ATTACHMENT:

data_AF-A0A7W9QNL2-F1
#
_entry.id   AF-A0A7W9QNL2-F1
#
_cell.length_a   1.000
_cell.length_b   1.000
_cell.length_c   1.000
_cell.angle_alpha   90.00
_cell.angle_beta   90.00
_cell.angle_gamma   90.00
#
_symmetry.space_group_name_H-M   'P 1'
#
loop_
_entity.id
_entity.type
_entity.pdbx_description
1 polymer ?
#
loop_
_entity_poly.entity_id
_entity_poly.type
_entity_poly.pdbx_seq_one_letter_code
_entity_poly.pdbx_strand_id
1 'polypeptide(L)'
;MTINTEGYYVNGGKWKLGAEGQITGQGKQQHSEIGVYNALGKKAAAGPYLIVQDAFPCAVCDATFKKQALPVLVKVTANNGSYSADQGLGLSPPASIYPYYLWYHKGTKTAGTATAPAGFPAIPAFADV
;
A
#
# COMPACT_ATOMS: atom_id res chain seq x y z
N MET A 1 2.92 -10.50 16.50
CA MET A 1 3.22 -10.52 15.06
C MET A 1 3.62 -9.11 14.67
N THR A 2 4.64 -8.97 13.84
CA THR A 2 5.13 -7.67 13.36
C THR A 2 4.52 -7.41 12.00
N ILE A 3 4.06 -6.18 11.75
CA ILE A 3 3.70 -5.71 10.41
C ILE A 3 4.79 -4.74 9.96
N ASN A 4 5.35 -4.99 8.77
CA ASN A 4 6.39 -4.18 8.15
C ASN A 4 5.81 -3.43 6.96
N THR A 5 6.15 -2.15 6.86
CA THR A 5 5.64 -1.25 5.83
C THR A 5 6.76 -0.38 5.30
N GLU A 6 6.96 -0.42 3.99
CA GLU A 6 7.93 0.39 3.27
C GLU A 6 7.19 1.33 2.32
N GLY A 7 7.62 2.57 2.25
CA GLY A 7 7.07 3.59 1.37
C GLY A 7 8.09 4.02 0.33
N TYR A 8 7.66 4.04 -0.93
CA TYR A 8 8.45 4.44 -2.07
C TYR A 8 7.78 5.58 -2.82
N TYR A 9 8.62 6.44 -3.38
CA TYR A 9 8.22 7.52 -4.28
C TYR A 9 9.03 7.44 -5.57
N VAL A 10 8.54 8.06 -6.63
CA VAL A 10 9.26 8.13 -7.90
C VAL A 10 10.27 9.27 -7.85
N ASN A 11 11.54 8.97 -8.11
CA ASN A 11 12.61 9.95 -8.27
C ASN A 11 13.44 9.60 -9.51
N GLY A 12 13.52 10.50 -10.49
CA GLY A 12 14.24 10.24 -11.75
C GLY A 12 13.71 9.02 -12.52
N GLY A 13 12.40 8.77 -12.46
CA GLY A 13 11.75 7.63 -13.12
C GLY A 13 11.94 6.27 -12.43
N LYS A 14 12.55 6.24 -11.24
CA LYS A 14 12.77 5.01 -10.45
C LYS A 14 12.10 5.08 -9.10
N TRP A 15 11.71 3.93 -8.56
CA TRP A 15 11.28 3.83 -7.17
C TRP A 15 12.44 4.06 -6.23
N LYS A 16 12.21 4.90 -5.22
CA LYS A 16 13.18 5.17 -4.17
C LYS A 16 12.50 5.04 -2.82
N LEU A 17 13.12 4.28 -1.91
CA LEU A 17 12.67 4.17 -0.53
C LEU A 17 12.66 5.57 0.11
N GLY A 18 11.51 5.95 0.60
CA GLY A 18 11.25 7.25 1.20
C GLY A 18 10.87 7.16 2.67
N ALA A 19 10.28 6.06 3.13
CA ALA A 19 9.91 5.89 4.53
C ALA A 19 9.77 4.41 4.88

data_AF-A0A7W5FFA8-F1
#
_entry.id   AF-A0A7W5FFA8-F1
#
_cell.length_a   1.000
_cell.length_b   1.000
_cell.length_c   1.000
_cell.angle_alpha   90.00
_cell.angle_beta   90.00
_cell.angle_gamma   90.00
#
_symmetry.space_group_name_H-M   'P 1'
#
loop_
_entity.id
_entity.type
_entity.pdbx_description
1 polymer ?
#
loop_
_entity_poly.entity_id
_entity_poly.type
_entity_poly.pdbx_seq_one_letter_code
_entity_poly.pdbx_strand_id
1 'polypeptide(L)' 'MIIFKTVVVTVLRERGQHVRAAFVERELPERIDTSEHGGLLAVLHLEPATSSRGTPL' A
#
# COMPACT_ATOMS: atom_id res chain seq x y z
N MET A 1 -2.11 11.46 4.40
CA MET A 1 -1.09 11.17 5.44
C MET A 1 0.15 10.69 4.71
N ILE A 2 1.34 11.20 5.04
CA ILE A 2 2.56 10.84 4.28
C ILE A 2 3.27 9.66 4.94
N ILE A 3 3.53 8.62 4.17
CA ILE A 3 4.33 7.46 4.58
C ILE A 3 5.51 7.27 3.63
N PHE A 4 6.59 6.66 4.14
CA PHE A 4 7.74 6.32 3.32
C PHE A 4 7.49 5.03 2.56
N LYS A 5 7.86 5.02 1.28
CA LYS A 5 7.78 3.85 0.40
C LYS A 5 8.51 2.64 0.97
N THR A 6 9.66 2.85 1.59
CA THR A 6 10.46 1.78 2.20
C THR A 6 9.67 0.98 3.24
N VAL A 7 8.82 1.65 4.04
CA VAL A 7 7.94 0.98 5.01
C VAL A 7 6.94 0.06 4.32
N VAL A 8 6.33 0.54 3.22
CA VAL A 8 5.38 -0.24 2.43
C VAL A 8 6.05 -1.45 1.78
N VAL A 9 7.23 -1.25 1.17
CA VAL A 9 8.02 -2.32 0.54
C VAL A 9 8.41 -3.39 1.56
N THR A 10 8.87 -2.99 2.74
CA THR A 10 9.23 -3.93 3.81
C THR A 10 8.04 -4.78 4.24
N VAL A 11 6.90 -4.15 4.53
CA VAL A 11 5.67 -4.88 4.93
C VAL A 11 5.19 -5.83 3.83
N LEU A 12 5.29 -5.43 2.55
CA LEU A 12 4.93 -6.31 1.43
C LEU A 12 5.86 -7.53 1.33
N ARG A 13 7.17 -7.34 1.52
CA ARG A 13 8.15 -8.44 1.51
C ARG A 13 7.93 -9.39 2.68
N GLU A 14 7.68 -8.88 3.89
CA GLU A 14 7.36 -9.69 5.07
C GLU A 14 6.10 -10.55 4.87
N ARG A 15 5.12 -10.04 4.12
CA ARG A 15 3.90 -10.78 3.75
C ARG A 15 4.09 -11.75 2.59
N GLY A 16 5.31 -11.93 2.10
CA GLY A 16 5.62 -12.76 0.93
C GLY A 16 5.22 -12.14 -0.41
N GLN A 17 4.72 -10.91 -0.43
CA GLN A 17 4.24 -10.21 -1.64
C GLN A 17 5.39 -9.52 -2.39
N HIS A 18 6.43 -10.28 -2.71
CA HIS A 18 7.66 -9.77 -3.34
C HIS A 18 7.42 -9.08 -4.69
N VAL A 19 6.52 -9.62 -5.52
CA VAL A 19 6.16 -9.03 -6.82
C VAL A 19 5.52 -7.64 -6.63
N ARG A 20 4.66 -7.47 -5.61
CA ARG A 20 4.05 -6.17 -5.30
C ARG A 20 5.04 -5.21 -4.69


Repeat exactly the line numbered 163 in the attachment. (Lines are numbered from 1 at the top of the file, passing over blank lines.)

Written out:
N GLN A 17 4.72 -10.91 -0.43